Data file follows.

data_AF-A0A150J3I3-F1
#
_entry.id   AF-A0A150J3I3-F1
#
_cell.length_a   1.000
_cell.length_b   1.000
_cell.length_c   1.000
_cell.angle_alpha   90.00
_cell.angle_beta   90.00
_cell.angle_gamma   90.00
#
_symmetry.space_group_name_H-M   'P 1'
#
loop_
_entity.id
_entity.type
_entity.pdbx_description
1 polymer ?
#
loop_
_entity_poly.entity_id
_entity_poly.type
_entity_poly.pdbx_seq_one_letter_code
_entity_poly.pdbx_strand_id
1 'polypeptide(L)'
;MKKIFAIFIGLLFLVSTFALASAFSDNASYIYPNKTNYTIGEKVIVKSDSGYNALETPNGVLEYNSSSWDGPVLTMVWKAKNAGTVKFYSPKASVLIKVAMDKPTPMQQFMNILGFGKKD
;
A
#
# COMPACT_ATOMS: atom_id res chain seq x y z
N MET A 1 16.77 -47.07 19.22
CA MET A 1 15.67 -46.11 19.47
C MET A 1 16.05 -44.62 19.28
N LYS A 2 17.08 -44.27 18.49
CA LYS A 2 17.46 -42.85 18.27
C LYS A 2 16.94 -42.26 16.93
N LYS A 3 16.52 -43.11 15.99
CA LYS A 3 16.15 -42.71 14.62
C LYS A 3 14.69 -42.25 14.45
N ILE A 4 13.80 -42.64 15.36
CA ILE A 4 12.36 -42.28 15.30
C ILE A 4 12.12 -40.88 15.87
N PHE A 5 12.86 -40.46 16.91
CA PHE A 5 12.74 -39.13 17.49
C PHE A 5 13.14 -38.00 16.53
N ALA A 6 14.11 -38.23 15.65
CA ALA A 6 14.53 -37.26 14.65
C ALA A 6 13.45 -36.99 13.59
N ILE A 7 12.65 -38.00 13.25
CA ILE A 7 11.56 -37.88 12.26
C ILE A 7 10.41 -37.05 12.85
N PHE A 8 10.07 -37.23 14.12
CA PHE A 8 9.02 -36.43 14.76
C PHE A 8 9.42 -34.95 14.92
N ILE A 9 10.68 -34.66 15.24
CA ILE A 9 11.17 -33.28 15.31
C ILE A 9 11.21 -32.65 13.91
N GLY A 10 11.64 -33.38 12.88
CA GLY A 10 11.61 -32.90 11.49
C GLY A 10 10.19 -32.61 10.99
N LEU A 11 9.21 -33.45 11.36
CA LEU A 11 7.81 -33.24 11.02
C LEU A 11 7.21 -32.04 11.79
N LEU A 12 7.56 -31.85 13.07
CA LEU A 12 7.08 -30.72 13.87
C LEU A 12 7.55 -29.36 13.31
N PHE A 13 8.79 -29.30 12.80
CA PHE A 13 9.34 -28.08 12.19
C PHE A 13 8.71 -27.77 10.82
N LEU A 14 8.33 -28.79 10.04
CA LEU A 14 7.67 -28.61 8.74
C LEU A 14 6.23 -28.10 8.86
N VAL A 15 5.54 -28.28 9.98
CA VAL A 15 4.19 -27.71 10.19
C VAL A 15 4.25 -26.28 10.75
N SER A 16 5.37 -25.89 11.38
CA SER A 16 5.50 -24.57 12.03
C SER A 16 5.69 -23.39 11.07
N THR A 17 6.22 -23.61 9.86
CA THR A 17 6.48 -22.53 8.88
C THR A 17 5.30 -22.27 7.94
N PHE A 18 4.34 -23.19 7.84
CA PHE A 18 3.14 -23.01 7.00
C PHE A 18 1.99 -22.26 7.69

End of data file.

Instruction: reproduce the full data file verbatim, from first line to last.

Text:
data_AF-A0A150J3I3-F1
#
_entry.id   AF-A0A150J3I3-F1
#
_cell.length_a   1.000
_cell.length_b   1.000
_cell.length_c   1.000
_cell.angle_alpha   90.00
_cell.angle_beta   90.00
_cell.angle_gamma   90.00
#
_symmetry.space_group_name_H-M   'P 1'
#
loop_
_entity.id
_entity.type
_entity.pdbx_description
1 polymer ?
#
loop_
_entity_poly.entity_id
_entity_poly.type
_entity_poly.pdbx_seq_one_letter_code
_entity_poly.pdbx_strand_id
1 'polypeptide(L)'
;MKKIFAIFIGLLFLVSTFALASAFSDNASYIYPNKTNYTIGEKVIVKSDSGYNALETPNGVLEYNSSSWDGPVLTMVWKAKNAGTVKFYSPKASVLIKVAMDKPTPMQQFMNILGFGKKD
;
A
#
# COMPACT_ATOMS: atom_id res chain seq x y z
N MET A 1 16.77 -47.07 19.22
CA MET A 1 15.67 -46.11 19.47
C MET A 1 16.05 -44.62 19.28
N LYS A 2 17.08 -44.27 18.49
CA LYS A 2 17.46 -42.85 18.27
C LYS A 2 16.94 -42.26 16.93
N LYS A 3 16.52 -43.11 15.99
CA LYS A 3 16.15 -42.71 14.62
C LYS A 3 14.69 -42.25 14.45
N ILE A 4 13.80 -42.64 15.36
CA ILE A 4 12.36 -42.28 15.30
C ILE A 4 12.12 -40.88 15.87
N PHE A 5 12.86 -40.46 16.91
CA PHE A 5 12.74 -39.13 17.49
C PHE A 5 13.14 -38.00 16.53
N ALA A 6 14.11 -38.23 15.65
CA ALA A 6 14.53 -37.26 14.65
C ALA A 6 13.45 -36.99 13.59
N ILE A 7 12.65 -38.00 13.25
CA ILE A 7 11.56 -37.88 12.26
C ILE A 7 10.41 -37.05 12.85
N PHE A 8 10.07 -37.23 14.12
CA PHE A 8 9.02 -36.43 14.76
C PHE A 8 9.42 -34.95 14.92
N ILE A 9 10.68 -34.66 15.24
CA ILE A 9 11.17 -33.28 15.31
C ILE A 9 11.21 -32.65 13.91
N GLY A 10 11.64 -33.38 12.88
CA GLY A 10 11.61 -32.90 11.49
C GLY A 10 10.19 -32.61 10.99
N LEU A 11 9.21 -33.45 11.36
CA LEU A 11 7.81 -33.24 11.02
C LEU A 11 7.21 -32.04 11.79
N LEU A 12 7.56 -31.85 13.07
CA LEU A 12 7.08 -30.72 13.87
C LEU A 12 7.55 -29.36 13.31
N PHE A 13 8.79 -29.30 12.80
CA PHE A 13 9.34 -28.08 12.19
C PHE A 13 8.71 -27.77 10.82
N LEU A 14 8.33 -28.79 10.04
CA LEU A 14 7.67 -28.61 8.74
C LEU A 14 6.23 -28.10 8.86
N VAL A 15 5.54 -28.28 9.98
CA VAL A 15 4.19 -27.71 10.19
C VAL A 15 4.25 -26.28 10.75
N SER A 16 5.37 -25.89 11.38
CA SER A 16 5.50 -24.57 12.03
C SER A 16 5.69 -23.39 11.07
N THR A 17 6.22 -23.61 9.86
CA THR A 17 6.48 -22.53 8.88
C THR A 17 5.30 -22.27 7.94
N PHE A 18 4.34 -23.19 7.84
CA PHE A 18 3.14 -23.01 7.00
C PHE A 18 1.99 -22.26 7.69